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Mayors return: Incumbents, newcomer picked to lead councils

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LAWRENCEVILLE -- Incumbent mayors won out in Gwinnett elections Tuesday.

From the blowouts by Dacula's Jimmy Wilbanks and Grayson's Jim Hinkle to the close win by Sugar Hill's Gary Pirkle, the races meant Gwinnett will have only one new mayor: Bill Orr, who won a landslide to take over at Braselton's top spot.

With elections in 11 Gwinnett cities and two more in Barrow, the incumbents won most of the contests, although the ousters of Snellville Councilman Robert Jenkins and Winder Councilman Mike Mingus, who served for 20 years, were noteworthy.

A Dec. 1 runoff will decide two council seats -- Lawrenceville's Post 3 to succeed Bob Clark will be between Katie Smith and John Merrill, while candidates Billy Jones and Elise Whitworth will continue to campaign for Duluth's Post 3, where Jim Hall did not seek re-election.

In the county seat, Lawrenceville incumbent P.K. Martin won a new term, beating Rodney Camren 481 to 390.

Sugar Hill Mayor Pirkle held on to win his third term, besting Andy Sudderth 699 to 634, while Councilman Mike Sullivan won a second term, and Curtis Northrop slid by Shohn Tanner to win the seat being vacated by Nick Thompson.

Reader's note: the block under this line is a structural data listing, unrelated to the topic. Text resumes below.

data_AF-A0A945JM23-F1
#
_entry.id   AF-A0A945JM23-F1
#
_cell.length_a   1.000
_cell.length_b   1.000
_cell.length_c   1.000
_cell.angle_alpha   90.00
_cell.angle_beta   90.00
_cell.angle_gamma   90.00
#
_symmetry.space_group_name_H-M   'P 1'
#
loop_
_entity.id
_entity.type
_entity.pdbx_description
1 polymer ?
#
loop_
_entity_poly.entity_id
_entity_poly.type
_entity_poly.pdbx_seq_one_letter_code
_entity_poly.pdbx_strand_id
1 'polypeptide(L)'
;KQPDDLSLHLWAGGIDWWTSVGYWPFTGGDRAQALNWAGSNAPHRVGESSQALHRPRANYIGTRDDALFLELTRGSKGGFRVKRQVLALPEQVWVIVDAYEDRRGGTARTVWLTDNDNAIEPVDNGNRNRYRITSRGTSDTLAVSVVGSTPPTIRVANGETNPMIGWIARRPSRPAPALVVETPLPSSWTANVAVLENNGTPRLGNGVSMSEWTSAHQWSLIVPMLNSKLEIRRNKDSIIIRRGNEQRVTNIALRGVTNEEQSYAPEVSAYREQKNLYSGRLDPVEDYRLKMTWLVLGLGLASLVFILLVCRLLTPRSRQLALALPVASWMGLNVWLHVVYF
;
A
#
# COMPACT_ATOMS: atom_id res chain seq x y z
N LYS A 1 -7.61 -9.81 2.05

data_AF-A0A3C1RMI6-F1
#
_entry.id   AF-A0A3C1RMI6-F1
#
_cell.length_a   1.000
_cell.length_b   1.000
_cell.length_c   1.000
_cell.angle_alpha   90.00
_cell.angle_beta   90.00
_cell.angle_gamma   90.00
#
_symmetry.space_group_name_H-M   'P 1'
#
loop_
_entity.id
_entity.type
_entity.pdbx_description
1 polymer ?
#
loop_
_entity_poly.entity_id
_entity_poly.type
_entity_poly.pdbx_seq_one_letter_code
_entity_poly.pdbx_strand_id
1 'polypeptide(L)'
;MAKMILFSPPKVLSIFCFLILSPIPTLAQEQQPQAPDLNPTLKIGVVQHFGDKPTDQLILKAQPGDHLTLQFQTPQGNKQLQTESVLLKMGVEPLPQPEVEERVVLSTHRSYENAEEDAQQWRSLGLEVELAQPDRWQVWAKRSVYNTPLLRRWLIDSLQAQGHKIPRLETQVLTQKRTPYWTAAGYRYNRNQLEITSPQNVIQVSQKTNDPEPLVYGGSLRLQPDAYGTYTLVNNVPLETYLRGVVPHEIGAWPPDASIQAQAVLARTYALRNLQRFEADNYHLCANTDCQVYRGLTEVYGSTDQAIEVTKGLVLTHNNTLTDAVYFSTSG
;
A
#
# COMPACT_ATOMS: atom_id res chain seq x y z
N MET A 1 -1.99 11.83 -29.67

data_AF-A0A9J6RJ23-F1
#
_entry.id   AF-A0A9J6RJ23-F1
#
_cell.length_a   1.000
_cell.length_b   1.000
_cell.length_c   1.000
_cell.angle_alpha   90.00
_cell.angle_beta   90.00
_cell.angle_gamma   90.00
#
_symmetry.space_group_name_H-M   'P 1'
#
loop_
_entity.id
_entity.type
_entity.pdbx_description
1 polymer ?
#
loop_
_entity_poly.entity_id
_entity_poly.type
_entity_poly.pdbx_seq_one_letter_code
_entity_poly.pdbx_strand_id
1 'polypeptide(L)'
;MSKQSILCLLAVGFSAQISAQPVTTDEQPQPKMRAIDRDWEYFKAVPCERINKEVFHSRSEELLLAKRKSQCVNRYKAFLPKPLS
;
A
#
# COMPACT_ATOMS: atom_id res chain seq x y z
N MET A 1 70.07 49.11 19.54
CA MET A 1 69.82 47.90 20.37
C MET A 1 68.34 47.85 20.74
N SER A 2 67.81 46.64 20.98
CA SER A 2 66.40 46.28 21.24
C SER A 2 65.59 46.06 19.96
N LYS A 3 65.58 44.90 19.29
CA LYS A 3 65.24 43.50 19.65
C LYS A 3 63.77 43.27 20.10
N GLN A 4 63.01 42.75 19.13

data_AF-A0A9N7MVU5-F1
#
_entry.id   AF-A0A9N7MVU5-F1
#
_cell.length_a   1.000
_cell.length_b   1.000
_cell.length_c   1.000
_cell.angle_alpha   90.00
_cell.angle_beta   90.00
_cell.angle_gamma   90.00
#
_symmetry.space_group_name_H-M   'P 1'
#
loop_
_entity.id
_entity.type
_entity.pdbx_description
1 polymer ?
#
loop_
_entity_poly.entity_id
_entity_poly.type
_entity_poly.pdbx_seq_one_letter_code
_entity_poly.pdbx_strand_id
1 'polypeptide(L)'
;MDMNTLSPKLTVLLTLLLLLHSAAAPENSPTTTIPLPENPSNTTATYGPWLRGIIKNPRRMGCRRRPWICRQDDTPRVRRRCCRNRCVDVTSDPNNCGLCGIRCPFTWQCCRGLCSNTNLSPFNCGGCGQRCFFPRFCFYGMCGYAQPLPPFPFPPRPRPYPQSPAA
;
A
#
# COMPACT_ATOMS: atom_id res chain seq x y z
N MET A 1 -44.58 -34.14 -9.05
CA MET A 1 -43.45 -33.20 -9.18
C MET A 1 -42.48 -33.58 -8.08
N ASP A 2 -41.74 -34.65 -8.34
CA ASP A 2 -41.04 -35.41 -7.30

Snellville's stormy political scene may have cleared up a little, with incumbent Barbara Bender and victors Tom Witts and Mike Sabbagh pledging to provide unity. Bender's race was the tightest, with only six votes dividing her from Niria Baggett. Witts had the strongest lead, which he said may have been due to an anti-incumbent vote against Jenkins, a controversial figure who battled with Mayor Jerry Oberholtzer, even turning a discarded toilet into "yard art" after Oberholtzer filed a complaint against his untidy yard.

While the third member of Bender's and Witts slate lost to Sabbagh, a Jordan-born man who may have become the first immigrant to join the council, they say a 3-3 vote stalemate in the city may have been toppled.

Two years after most of Gwinnett's cities voted to allow tax allocation districts for revitalization, Snellville residents voted no on the referendum Tuesday.

But a Loganville referendum passed by only six votes. The referendum to change council terms from two years to four years passed 193 to 187.

Also in the city located on the county line with Walton, political newcomer Danny Curry was the top vote-getter over three council incumbents. Jerry Price and Wendell Geiger will hold onto their seats, but with the lowest number of votes, incumbent Pedro Vega was ousted.

Suwanee's incumbents Kevin McOmber and Jace Brooks survived a combined effort to slow spending in the northern Gwinnett city, while Dick Goodman won the special election to replace Jeanne Rispin, who recently moved out of town.

In Barrow County, incumbents Gayle Steed and Betty Lyle won new terms on the Statham City Council. They will be joined by political newcomer David Huth.

While Mingus was bested by former school board member Bob Dixon for the at-large seat in Winder, incumbent Sonny Morris easily held onto his Ward 1 seat.